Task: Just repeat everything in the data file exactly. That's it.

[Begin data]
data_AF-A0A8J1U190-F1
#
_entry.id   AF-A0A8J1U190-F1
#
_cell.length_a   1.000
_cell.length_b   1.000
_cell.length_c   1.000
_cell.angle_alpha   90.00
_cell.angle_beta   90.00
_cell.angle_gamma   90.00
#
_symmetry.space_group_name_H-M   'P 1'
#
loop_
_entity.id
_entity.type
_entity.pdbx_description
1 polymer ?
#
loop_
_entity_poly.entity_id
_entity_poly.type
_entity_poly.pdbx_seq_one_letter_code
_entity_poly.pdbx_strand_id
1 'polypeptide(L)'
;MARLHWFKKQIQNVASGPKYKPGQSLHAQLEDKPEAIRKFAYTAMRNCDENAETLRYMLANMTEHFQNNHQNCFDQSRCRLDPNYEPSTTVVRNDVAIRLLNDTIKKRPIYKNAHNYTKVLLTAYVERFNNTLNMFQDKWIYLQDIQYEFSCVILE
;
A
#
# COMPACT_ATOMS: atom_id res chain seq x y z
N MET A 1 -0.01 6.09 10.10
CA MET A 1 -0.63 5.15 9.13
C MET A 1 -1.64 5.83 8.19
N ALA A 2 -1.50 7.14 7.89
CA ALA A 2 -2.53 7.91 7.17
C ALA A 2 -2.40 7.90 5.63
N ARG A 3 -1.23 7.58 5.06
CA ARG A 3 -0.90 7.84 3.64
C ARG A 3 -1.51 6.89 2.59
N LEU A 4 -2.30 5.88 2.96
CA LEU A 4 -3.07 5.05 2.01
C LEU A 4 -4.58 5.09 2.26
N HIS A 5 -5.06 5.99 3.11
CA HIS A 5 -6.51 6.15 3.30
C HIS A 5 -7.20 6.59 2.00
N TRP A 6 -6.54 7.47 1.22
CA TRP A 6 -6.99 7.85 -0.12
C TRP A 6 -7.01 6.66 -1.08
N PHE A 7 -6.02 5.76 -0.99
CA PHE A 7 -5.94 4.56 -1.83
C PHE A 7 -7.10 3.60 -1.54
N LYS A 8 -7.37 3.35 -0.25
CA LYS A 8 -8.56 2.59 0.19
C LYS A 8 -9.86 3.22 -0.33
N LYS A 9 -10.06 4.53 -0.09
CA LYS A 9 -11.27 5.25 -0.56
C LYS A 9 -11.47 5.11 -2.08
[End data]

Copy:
data_AF-A0A8J1U190-F1
#
_entry.id   AF-A0A8J1U190-F1
#
_cell.length_a   1.000
_cell.length_b   1.000
_cell.length_c   1.000
_cell.angle_alpha   90.00
_cell.angle_beta   90.00
_cell.angle_gamma   90.00
#
_symmetry.space_group_name_H-M   'P 1'
#
loop_
_entity.id
_entity.type
_entity.pdbx_description
1 polymer ?
#
loop_
_entity_poly.entity_id
_entity_poly.type
_entity_poly.pdbx_seq_one_letter_code
_entity_poly.pdbx_strand_id
1 'polypeptide(L)'
;MARLHWFKKQIQNVASGPKYKPGQSLHAQLEDKPEAIRKFAYTAMRNCDENAETLRYMLANMTEHFQNNHQNCFDQSRCRLDPNYEPSTTVVRNDVAIRLLNDTIKKRPIYKNAHNYTKVLLTAYVERFNNTLNMFQDKWIYLQDIQYEFSCVILE
;
A
#
# COMPACT_ATOMS: atom_id res chain seq x y z
N MET A 1 -0.01 6.09 10.10
CA MET A 1 -0.63 5.15 9.13
C MET A 1 -1.64 5.83 8.19
N ALA A 2 -1.50 7.14 7.89
CA ALA A 2 -2.53 7.91 7.17
C ALA A 2 -2.40 7.90 5.63
N ARG A 3 -1.23 7.58 5.06
CA ARG A 3 -0.90 7.84 3.64
C ARG A 3 -1.51 6.89 2.59
N LEU A 4 -2.30 5.88 2.96
CA LEU A 4 -3.07 5.05 2.01
C LEU A 4 -4.58 5.09 2.26
N HIS A 5 -5.06 5.99 3.11
CA HIS A 5 -6.51 6.15 3.30
C HIS A 5 -7.20 6.59 2.00
N TRP A 6 -6.54 7.47 1.22
CA TRP A 6 -6.99 7.85 -0.12
C TRP A 6 -7.01 6.66 -1.08
N PHE A 7 -6.02 5.76 -0.99
CA PHE A 7 -5.94 4.56 -1.83
C PHE A 7 -7.10 3.60 -1.54
N LYS A 8 -7.37 3.35 -0.25
CA LYS A 8 -8.56 2.59 0.19
C LYS A 8 -9.86 3.22 -0.33
N LYS A 9 -10.06 4.53 -0.09
CA LYS A 9 -11.27 5.25 -0.56
C LYS A 9 -11.47 5.11 -2.08